I'm struggling more with this inner, buzzing anxiety that's always in me. It's not the anxiety that doesn't let me sleep, it's more like a quiet companion that walks with me wherever I go. Unsettlement and uncertainty are major culprits. That's why I'm reading literature to help me find or at least move closer to my inner Self, which will consequently bring me inner peace. Once you know who you are (quite vague statement, but real), you'll step into a different realm of awareness. I don't know how it feels, but I will find out. I really need to get rid of this buzzing feeling inside, I want to participate in life being absolutely calm, but aware.


Updates on my input:

I've been working with my mind lately, praying to Higher Power to release me, give me peace of mind, joy, happiness & so forth. It's working. I feel I'm letting go of this permanent shiver inside that used to be such a big part of me for the past year. I'm exercising positive thinking even at times of the most difficulty & doom. I'm forcing myself to stay positive & try to leave my worries to Higher Power to deal with. It's letting go, little by little!

misasja misasja
26-30, F
12 Responses Jul 1, 2007

Hope you find results, soon, misasja

Thank you guys for your advice. I'll follow some points that PH gave me, some of which I've already been doing for a long time. Cont...

Well put on your gypsy skirt girl

misaja, that inner buzzing inside is a good thing. It is a gentle nudge from spirit. It makes us turn our thoughts inward and see if we are "being" who we really are and who we want to be. That's what kicks us into searching for more.<br />
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PH good advice. I always love dancing when no one is around. I have some music that has percussion instruments. I went out and bought bongos, tambourine, shakers, put on my gypsy skirt and danced around the house. So much fun and good for the spirit.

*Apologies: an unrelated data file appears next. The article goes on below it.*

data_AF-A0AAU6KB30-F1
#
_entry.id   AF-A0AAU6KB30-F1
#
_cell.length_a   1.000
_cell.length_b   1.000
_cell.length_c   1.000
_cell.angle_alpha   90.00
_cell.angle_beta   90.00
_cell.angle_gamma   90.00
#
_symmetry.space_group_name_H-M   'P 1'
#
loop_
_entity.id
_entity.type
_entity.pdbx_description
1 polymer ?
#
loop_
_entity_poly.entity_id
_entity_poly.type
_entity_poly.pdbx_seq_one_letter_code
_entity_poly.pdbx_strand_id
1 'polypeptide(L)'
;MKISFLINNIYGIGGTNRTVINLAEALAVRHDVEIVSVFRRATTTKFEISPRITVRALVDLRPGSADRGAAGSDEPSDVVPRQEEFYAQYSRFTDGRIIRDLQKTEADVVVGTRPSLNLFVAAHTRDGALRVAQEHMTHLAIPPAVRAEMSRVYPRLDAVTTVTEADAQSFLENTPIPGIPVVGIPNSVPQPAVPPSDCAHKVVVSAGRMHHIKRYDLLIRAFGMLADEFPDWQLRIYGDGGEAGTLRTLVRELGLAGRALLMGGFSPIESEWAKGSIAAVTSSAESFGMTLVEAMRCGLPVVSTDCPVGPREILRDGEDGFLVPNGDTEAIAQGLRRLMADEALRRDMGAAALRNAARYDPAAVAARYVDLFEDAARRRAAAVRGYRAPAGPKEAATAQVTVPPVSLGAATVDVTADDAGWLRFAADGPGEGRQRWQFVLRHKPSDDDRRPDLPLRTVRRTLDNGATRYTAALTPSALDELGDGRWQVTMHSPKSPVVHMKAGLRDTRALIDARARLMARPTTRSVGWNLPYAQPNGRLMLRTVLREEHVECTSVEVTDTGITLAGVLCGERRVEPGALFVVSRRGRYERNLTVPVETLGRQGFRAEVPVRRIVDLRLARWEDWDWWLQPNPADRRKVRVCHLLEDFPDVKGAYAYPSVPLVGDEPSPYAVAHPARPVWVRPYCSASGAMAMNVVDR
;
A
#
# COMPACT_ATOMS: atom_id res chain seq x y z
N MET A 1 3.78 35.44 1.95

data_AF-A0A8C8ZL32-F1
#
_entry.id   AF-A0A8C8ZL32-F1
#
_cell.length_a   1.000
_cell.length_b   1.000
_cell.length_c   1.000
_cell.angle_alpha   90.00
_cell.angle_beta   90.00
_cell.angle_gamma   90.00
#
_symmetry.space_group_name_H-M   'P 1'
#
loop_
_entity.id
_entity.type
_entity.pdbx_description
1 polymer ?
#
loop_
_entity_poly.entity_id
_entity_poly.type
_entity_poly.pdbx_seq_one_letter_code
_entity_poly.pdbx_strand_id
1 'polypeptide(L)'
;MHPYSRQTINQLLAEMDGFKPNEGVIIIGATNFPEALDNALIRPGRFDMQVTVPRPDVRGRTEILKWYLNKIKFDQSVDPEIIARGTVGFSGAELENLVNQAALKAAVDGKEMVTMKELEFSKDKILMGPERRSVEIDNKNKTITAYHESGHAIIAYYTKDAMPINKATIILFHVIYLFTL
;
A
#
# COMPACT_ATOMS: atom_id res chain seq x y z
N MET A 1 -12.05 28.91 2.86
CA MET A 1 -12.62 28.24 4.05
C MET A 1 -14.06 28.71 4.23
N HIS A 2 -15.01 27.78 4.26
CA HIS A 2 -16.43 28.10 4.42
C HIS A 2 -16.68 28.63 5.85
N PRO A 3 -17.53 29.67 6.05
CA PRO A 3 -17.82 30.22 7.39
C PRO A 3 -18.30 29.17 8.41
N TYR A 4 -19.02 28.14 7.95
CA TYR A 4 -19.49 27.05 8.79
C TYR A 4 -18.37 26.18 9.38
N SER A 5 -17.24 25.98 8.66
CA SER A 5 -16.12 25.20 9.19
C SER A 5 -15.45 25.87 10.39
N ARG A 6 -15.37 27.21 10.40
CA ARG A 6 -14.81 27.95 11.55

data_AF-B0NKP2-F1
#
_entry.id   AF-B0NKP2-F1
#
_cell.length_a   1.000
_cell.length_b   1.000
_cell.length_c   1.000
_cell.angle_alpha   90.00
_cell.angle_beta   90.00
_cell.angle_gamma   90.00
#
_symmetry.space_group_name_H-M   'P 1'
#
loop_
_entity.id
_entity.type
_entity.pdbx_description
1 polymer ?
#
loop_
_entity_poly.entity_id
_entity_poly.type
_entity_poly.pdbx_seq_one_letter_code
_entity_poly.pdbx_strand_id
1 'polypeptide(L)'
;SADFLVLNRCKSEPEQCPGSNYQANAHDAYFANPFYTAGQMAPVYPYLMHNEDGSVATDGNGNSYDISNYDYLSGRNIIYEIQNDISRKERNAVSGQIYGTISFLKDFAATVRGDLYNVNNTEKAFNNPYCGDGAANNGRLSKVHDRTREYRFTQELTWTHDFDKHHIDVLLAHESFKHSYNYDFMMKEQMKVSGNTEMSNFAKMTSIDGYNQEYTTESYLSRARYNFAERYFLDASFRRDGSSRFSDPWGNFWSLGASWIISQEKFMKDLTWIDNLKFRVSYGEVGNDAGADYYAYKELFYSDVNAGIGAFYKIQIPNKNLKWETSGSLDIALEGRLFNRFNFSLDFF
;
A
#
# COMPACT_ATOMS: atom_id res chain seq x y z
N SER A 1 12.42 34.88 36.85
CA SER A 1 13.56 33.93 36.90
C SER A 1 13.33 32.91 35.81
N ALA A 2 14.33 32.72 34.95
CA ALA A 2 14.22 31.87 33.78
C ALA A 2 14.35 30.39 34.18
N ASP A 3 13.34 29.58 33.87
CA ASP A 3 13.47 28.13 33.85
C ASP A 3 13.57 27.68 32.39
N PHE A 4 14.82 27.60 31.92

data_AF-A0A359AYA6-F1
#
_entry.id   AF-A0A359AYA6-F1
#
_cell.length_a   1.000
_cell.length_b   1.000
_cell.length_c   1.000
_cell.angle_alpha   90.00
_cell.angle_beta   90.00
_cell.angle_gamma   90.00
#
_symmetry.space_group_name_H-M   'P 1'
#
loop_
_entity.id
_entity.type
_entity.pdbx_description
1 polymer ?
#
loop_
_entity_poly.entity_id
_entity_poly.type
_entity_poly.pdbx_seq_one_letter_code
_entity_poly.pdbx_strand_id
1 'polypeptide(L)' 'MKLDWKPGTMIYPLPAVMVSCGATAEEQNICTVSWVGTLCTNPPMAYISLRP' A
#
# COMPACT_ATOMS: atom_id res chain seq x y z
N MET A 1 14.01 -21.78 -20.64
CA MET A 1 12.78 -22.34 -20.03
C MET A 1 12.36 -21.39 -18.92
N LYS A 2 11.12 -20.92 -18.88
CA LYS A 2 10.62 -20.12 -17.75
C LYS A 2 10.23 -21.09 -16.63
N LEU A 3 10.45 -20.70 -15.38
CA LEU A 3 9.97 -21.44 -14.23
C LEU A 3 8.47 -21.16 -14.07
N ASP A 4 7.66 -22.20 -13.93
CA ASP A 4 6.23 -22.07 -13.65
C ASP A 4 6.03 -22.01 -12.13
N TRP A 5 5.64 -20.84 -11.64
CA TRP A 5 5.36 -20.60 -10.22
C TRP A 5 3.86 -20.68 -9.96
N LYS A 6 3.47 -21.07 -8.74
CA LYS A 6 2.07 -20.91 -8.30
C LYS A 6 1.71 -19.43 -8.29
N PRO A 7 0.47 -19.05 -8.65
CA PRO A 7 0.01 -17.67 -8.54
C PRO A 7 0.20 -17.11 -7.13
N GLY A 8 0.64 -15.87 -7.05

"Banish the buzz!!" might make a nice t-shirt logo

I am also searching for this inner contentment and self discovery as well. Good luck on your journey.

Wise teachers from Buddhism, Taoism and Hinduism often point a student toward the peaceful presence of awareness itself, as the fundamental self. Awareness is no thing, its like water, or space more so, and yet this is our spiritual self, or non self. So they say...<br />
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Becoming calm with one's awareness, peace becomes your natural state...<br />
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Not easy to do!!

misasja...with you on all that. I am trying to do similar things...trying to seperate my thoughts from my awareness, being aware of what it is like to have "no thought".

Bella, it's great that it all worked for you. Although the meds are only temporary, becoming a Christian is not, so it might help you along the way for a while.<br />
As to me, meds are out of the question unless there's absolutely no way NOT to take them, which won't happen. I ain't poisoning my body with garbage like that unless I really have to.<br />
Christianity... hmm... I'm past that stage. Dogma isn't enough for me.<br />
If you have a hectic schedule, then don't even hope on becoming calmer. I'm trying to do things slower, breathe better and always stay cognizant and aware of the "now", like, noticing when I'm anxious and consciously slowing down, telling myself "I'm calm, I feel comfortable, life is just a game..."

I feel the same way. I'm not done yet, but I am moving in the right direction...things I did? First, I went on a really mild, low-dose anti-anxiety medication (Paxil, 10mg) and that took away the physical part of the anxiety (inability to control my thoughts as well as I liked). Then, I became a Christian...those two things took the physical part and the after-death part, but there is still a daily unrest that follows all my decisions. Still working on that...

I can relate, though I've been working on it for a while. I've been studying philosophy and psychology for a while- though the more I do it the more it seems they are one in the same- and turning the spotlight from the outside to the inner me is not always very pretty. Sometimes it's really hard to bring forth those things we hide.

I think I know how you feel. I spent my teens and twenties wrestling with suicidal thoughts. Not so much that I was sad, but the anxiety of life wouldn't leave me alone long enough to live. I'm a Christian now. And that has worked for me. I do believe. But I read a LOT of eastern philosphy because, for me, there seems to be more concrete practical solutions. Their stories speak to me. And, (again) for me, it all leads back to Christ anyway.